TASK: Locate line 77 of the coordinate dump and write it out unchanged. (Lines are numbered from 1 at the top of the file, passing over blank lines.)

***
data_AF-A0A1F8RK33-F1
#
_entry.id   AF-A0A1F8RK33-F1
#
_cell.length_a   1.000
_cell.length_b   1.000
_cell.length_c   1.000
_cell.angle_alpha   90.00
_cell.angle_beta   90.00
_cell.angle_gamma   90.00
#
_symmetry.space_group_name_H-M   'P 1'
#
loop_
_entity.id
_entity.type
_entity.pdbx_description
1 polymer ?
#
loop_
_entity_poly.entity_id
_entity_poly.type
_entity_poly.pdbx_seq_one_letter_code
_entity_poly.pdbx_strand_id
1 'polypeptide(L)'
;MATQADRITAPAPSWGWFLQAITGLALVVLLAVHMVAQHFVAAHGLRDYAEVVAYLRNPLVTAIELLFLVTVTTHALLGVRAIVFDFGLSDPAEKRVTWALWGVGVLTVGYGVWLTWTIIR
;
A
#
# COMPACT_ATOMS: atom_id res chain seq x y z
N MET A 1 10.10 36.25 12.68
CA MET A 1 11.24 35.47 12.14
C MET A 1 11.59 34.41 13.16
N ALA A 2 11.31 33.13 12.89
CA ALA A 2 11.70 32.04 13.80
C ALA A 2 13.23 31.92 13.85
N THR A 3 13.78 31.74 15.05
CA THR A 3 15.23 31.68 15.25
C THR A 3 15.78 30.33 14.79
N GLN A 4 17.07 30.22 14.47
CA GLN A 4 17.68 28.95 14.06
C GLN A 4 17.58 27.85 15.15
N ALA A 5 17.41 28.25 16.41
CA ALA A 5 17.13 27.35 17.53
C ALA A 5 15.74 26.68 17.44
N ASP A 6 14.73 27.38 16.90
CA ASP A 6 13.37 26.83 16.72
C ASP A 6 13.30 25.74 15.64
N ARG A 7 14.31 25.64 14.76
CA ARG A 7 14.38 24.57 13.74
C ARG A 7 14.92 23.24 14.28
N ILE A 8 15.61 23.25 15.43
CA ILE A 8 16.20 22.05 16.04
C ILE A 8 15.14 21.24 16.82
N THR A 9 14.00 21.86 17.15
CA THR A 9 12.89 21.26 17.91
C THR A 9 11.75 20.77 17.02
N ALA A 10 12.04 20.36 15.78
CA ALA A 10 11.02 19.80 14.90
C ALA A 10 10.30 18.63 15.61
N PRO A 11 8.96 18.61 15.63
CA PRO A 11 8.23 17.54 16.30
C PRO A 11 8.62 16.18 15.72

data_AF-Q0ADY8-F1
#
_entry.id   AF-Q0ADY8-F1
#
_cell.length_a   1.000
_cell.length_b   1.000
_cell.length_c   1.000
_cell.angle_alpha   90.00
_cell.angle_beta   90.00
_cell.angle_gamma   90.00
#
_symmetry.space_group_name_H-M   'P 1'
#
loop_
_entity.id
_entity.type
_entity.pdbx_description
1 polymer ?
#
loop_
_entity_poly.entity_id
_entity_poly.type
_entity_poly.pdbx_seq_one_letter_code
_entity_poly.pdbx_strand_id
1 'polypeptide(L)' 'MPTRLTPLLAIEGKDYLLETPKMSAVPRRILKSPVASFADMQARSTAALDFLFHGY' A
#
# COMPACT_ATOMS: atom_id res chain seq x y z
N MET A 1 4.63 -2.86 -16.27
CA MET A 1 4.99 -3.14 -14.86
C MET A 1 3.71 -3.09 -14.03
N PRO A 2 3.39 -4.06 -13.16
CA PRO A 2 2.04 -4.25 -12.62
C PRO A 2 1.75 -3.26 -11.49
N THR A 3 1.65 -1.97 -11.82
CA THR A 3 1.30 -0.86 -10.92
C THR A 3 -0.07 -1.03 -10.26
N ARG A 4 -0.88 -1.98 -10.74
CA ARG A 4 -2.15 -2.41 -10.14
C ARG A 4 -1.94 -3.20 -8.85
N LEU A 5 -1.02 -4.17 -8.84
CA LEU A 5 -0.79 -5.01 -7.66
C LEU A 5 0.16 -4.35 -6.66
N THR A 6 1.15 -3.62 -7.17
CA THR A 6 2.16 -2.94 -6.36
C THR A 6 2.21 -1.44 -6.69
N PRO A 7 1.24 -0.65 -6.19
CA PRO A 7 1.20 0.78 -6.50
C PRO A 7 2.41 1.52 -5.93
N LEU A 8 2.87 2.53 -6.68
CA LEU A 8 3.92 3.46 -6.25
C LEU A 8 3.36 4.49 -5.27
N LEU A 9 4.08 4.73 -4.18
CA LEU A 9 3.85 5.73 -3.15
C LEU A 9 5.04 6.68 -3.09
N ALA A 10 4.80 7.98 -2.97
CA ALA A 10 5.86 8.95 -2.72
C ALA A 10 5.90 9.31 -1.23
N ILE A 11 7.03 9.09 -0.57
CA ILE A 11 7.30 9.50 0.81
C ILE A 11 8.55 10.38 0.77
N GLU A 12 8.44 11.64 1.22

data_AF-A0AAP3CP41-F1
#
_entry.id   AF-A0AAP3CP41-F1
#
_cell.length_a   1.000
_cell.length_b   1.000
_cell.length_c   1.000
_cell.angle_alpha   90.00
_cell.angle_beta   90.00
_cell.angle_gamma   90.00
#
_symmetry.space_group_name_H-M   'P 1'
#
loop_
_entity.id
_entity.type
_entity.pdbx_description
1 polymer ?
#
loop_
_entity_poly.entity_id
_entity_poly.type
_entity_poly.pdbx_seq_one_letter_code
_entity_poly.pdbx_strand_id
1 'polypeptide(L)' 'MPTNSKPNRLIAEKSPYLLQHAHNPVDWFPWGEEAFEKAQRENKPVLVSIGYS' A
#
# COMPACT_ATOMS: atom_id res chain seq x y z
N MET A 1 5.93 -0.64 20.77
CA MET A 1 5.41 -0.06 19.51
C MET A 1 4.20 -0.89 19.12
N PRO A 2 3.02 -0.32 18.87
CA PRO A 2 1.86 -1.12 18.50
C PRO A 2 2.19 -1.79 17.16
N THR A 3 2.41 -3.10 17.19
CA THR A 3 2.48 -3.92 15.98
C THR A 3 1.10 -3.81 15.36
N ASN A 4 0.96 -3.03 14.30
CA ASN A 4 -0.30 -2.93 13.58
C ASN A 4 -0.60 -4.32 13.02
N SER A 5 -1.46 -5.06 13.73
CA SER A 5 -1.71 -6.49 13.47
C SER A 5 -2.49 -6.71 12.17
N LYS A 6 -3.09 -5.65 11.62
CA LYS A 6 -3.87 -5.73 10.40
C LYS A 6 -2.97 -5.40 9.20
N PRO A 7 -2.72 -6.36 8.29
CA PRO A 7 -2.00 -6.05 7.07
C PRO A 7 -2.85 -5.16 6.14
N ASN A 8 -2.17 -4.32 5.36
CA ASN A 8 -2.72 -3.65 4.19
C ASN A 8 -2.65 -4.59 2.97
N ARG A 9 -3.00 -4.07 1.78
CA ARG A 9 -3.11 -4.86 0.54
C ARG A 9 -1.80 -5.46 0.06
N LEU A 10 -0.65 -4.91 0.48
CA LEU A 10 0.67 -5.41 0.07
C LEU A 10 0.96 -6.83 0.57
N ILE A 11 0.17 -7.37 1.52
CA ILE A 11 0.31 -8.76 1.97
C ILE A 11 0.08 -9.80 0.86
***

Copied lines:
loop_